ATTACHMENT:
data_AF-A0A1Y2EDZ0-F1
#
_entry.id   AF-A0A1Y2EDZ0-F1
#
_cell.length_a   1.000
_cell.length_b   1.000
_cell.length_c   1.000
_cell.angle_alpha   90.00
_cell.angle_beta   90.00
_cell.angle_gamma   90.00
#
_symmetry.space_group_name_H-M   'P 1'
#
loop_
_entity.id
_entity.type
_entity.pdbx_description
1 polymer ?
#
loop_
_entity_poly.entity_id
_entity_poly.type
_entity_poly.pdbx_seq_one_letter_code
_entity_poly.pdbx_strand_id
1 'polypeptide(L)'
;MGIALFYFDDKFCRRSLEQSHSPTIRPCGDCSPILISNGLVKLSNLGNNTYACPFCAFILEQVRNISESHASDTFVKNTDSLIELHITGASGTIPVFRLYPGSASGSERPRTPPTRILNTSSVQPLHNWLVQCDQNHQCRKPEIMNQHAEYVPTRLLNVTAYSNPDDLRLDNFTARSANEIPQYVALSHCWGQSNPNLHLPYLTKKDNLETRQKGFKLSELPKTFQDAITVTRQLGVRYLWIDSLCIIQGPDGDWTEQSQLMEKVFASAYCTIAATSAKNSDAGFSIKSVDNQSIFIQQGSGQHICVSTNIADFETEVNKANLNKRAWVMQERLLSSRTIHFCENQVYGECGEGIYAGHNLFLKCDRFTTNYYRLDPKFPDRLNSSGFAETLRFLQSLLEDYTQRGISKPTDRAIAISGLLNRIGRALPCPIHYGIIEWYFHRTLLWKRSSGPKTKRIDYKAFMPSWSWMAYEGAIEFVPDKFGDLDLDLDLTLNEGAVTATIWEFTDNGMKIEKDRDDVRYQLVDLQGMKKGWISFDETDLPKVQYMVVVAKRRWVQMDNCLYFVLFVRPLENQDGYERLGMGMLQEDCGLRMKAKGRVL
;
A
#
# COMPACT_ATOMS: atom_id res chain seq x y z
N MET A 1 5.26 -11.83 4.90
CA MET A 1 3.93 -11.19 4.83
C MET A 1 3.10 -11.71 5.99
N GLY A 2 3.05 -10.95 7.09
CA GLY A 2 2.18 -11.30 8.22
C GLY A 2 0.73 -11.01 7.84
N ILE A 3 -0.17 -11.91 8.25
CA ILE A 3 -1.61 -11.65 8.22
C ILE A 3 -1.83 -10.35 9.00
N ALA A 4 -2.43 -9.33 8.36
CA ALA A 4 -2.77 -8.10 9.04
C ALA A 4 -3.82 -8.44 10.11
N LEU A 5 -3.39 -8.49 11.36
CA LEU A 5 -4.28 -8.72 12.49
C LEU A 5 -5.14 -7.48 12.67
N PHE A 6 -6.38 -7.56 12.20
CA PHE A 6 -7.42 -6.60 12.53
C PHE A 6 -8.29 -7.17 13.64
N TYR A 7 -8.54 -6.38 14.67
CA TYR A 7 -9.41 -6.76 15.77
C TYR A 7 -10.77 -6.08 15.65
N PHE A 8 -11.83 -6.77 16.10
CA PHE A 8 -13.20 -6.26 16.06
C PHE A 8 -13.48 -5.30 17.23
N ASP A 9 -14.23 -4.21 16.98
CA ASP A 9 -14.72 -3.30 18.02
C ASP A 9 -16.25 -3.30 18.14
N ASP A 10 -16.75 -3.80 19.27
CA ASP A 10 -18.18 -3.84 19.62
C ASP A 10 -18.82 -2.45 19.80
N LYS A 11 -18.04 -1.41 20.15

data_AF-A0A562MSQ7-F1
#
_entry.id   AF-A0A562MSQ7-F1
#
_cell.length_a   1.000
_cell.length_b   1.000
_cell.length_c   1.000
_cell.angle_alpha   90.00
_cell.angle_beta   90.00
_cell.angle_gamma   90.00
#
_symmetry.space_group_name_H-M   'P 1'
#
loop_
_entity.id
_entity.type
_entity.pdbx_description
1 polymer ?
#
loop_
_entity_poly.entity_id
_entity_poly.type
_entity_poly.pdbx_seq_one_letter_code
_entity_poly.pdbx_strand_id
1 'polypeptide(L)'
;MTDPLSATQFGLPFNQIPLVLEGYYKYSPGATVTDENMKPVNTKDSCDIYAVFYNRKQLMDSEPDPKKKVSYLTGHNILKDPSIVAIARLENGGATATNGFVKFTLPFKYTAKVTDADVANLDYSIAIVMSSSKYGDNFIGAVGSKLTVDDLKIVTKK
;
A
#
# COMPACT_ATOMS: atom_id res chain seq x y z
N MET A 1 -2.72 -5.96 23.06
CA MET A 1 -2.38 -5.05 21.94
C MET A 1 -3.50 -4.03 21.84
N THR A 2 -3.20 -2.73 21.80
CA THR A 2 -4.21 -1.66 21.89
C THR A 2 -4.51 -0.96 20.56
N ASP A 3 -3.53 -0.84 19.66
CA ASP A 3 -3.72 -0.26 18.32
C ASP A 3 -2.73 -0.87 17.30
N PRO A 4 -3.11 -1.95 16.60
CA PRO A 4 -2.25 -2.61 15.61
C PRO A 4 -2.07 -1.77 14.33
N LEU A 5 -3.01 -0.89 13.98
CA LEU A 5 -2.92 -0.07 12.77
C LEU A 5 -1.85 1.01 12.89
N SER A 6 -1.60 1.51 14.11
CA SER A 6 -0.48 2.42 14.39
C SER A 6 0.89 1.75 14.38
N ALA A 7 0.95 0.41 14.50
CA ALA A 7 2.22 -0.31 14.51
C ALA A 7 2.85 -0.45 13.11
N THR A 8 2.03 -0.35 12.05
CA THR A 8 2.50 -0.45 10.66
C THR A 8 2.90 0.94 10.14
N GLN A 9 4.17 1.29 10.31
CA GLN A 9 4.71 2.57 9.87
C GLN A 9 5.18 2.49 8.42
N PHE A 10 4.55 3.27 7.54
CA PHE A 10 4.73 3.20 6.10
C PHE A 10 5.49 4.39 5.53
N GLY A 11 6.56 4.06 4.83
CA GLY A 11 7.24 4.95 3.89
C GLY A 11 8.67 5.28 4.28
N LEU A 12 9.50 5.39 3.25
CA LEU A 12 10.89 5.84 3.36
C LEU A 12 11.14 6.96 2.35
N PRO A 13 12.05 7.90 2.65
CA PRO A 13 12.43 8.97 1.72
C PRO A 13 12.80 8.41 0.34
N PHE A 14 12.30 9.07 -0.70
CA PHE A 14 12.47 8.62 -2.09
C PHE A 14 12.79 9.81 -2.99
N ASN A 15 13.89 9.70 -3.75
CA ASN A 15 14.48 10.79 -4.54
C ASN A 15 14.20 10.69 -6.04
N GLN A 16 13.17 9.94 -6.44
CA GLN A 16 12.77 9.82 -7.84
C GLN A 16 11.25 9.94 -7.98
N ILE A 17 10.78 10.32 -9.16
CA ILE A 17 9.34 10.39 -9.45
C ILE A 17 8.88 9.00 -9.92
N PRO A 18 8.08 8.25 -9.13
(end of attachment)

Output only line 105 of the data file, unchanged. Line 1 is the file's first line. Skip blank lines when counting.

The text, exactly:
CA LEU A 5 -2.92 -0.07 12.77